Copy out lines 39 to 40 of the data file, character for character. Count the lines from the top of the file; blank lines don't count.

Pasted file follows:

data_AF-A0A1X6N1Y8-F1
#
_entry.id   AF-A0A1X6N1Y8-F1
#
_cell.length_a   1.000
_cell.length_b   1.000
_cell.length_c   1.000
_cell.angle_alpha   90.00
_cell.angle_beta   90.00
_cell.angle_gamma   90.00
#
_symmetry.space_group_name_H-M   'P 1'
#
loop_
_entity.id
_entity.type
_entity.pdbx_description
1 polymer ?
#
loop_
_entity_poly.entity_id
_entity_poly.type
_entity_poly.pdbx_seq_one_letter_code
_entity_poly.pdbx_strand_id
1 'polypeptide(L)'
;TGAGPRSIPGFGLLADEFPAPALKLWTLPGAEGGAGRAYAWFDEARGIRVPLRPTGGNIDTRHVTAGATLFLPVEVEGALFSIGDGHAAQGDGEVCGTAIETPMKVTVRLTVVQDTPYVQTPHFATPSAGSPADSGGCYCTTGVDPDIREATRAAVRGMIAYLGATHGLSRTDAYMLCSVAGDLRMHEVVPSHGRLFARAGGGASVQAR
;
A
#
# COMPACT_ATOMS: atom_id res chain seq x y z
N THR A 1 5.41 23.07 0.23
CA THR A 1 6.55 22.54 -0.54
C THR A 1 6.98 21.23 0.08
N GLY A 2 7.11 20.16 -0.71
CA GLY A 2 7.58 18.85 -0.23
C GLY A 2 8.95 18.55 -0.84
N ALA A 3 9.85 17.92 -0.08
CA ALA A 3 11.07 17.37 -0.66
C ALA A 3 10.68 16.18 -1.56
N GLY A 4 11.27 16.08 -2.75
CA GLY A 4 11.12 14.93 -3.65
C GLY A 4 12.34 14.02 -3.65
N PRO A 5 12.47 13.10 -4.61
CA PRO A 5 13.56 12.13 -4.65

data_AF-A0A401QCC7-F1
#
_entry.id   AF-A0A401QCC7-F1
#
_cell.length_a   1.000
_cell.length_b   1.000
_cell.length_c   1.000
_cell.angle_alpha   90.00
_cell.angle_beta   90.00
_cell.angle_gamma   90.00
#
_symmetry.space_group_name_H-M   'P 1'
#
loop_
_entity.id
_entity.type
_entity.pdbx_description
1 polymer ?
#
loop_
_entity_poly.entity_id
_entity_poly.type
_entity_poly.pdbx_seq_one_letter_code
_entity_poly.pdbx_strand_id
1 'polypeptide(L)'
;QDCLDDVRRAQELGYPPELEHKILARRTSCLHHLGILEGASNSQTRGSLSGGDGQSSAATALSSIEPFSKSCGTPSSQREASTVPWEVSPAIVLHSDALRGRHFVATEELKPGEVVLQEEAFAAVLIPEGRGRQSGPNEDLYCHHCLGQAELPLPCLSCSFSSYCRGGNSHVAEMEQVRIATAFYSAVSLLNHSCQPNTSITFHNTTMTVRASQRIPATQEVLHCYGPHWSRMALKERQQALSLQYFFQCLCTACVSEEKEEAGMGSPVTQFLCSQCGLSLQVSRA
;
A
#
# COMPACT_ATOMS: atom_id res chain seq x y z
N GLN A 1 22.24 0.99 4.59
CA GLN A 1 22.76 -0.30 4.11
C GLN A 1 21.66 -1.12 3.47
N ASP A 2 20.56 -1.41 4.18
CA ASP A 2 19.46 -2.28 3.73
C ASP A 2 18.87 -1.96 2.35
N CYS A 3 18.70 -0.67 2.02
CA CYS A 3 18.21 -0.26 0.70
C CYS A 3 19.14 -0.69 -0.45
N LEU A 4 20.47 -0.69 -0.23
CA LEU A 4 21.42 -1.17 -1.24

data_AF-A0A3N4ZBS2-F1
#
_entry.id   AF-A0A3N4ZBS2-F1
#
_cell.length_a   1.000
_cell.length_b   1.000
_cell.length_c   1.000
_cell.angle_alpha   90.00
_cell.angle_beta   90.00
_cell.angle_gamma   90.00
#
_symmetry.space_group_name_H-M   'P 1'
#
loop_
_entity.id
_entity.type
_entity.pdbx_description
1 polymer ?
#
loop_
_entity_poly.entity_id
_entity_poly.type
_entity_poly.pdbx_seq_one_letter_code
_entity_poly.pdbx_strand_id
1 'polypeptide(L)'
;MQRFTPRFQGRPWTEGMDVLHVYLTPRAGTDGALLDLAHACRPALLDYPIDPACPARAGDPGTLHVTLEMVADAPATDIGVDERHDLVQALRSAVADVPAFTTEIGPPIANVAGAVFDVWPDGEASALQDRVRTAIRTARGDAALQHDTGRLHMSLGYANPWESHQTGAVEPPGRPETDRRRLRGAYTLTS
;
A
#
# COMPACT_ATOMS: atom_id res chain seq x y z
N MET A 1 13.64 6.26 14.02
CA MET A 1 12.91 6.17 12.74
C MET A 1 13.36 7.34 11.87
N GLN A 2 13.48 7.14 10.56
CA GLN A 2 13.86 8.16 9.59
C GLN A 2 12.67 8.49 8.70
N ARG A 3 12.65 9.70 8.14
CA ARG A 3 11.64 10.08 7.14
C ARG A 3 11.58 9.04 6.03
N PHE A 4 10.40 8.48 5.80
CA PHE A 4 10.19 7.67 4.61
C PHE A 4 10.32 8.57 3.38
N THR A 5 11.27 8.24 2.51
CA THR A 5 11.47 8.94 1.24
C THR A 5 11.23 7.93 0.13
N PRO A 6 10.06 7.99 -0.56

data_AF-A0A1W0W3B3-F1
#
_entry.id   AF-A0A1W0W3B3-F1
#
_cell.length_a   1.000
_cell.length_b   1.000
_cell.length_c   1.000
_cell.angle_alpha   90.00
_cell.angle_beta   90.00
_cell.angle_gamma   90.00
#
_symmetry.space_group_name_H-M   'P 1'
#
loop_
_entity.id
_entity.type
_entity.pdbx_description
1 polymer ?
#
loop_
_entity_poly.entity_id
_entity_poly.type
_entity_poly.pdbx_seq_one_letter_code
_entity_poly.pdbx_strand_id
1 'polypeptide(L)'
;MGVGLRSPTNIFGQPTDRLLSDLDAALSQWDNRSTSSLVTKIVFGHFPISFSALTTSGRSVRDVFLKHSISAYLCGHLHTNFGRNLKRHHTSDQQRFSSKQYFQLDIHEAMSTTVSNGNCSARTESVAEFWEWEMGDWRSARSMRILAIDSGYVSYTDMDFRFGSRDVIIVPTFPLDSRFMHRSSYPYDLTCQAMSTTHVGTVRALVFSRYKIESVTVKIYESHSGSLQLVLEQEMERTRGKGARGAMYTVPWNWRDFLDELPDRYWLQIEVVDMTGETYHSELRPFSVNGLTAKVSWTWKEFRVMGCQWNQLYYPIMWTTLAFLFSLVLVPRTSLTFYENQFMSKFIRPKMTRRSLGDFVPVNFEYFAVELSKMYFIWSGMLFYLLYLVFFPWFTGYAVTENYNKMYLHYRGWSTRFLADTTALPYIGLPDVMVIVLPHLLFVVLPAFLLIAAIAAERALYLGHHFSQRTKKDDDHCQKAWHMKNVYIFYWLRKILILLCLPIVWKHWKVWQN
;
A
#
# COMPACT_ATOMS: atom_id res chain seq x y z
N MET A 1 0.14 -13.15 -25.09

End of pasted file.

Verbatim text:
C ALA A 3 10.68 16.18 -1.56
N GLY A 4 11.27 16.08 -2.75